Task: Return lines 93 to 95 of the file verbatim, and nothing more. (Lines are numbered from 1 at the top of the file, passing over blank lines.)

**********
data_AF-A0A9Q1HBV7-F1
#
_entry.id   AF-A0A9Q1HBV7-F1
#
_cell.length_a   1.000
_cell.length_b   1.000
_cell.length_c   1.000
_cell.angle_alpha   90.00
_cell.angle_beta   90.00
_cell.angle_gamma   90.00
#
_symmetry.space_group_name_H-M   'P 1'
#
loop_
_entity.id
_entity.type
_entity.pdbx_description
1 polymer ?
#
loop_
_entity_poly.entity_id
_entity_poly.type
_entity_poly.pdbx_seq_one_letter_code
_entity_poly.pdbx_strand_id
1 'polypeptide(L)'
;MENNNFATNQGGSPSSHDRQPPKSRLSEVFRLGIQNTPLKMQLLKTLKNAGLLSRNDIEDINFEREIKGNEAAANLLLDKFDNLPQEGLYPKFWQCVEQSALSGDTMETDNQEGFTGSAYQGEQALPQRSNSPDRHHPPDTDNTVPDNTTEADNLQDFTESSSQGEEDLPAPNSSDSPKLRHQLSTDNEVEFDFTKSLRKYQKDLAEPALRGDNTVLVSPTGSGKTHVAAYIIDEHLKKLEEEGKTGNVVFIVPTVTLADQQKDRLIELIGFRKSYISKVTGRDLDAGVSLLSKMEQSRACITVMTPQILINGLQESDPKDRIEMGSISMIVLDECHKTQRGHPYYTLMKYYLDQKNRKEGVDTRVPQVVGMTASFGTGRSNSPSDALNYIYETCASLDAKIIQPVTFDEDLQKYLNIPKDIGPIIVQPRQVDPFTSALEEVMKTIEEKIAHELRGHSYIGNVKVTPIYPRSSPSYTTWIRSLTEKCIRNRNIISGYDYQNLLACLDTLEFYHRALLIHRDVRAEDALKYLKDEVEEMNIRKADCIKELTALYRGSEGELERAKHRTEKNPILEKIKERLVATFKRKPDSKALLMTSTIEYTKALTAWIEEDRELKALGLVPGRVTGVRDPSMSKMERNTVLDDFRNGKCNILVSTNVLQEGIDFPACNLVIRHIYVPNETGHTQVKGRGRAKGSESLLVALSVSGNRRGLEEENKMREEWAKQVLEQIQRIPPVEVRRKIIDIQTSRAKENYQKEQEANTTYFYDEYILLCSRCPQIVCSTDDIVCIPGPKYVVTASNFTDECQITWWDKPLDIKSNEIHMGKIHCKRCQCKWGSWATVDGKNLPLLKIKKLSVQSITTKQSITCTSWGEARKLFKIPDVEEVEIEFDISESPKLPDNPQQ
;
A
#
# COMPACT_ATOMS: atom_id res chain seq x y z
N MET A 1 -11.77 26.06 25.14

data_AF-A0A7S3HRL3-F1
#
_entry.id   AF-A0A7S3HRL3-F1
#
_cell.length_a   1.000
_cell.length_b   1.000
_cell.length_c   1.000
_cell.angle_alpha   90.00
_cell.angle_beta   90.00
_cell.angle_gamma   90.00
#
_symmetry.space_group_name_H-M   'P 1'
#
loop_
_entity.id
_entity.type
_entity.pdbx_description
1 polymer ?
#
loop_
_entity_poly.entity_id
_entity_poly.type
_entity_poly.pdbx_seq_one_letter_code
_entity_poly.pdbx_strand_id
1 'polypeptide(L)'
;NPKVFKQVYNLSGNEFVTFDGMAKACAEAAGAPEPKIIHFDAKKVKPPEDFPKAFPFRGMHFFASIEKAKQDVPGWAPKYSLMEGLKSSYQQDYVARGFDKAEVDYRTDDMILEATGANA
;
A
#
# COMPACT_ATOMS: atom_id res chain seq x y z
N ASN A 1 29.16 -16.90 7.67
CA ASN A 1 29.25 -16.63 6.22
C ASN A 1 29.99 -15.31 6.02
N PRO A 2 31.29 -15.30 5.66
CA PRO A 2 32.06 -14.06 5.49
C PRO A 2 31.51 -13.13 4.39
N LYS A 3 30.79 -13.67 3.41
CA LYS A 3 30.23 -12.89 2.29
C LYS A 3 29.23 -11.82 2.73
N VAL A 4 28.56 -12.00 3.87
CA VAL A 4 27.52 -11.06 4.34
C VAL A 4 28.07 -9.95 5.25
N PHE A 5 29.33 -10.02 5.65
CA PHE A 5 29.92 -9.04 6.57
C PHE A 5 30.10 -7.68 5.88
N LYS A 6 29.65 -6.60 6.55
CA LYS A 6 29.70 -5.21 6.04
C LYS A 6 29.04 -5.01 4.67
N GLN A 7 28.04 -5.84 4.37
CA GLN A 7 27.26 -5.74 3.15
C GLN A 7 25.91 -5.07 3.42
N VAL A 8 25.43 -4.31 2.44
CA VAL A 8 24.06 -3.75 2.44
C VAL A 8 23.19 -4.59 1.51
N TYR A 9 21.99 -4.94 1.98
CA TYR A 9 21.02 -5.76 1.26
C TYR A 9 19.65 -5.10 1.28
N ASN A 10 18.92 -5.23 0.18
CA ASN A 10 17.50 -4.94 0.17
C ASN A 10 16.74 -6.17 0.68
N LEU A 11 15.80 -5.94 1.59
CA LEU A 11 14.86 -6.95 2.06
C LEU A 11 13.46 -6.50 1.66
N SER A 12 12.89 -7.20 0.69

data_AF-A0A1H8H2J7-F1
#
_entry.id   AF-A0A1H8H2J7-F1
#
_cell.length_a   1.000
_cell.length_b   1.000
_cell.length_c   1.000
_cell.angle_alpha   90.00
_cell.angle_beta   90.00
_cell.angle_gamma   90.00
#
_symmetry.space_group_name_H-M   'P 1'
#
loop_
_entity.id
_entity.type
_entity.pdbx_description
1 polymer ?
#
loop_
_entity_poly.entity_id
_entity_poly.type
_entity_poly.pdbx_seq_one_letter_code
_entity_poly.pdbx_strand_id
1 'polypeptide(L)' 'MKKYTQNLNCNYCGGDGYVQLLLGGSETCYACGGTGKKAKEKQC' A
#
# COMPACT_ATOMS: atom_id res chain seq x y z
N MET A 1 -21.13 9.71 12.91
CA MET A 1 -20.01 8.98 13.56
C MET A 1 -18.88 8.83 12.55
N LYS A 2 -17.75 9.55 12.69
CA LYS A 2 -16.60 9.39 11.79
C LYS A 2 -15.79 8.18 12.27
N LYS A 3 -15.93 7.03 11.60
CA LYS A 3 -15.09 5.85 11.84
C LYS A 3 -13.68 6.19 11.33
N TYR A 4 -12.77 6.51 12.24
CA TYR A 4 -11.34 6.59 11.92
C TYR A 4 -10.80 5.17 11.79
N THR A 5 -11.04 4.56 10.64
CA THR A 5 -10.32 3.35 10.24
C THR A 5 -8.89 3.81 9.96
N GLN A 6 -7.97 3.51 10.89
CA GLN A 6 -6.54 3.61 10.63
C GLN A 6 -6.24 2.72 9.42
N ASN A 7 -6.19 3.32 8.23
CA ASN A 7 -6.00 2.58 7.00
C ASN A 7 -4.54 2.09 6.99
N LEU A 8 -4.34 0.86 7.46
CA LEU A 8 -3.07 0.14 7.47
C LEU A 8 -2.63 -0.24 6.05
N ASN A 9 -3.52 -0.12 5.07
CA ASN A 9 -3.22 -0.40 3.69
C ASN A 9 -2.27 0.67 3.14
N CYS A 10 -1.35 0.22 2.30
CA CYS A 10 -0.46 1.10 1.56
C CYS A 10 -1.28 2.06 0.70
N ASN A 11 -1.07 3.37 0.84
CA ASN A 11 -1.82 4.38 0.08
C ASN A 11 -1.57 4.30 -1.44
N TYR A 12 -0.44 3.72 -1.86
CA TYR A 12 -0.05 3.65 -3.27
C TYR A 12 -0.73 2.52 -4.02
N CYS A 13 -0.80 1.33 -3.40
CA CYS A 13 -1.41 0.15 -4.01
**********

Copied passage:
CA LEU A 11 14.86 -6.95 2.06
C LEU A 11 13.46 -6.50 1.66
N SER A 12 12.89 -7.20 0.69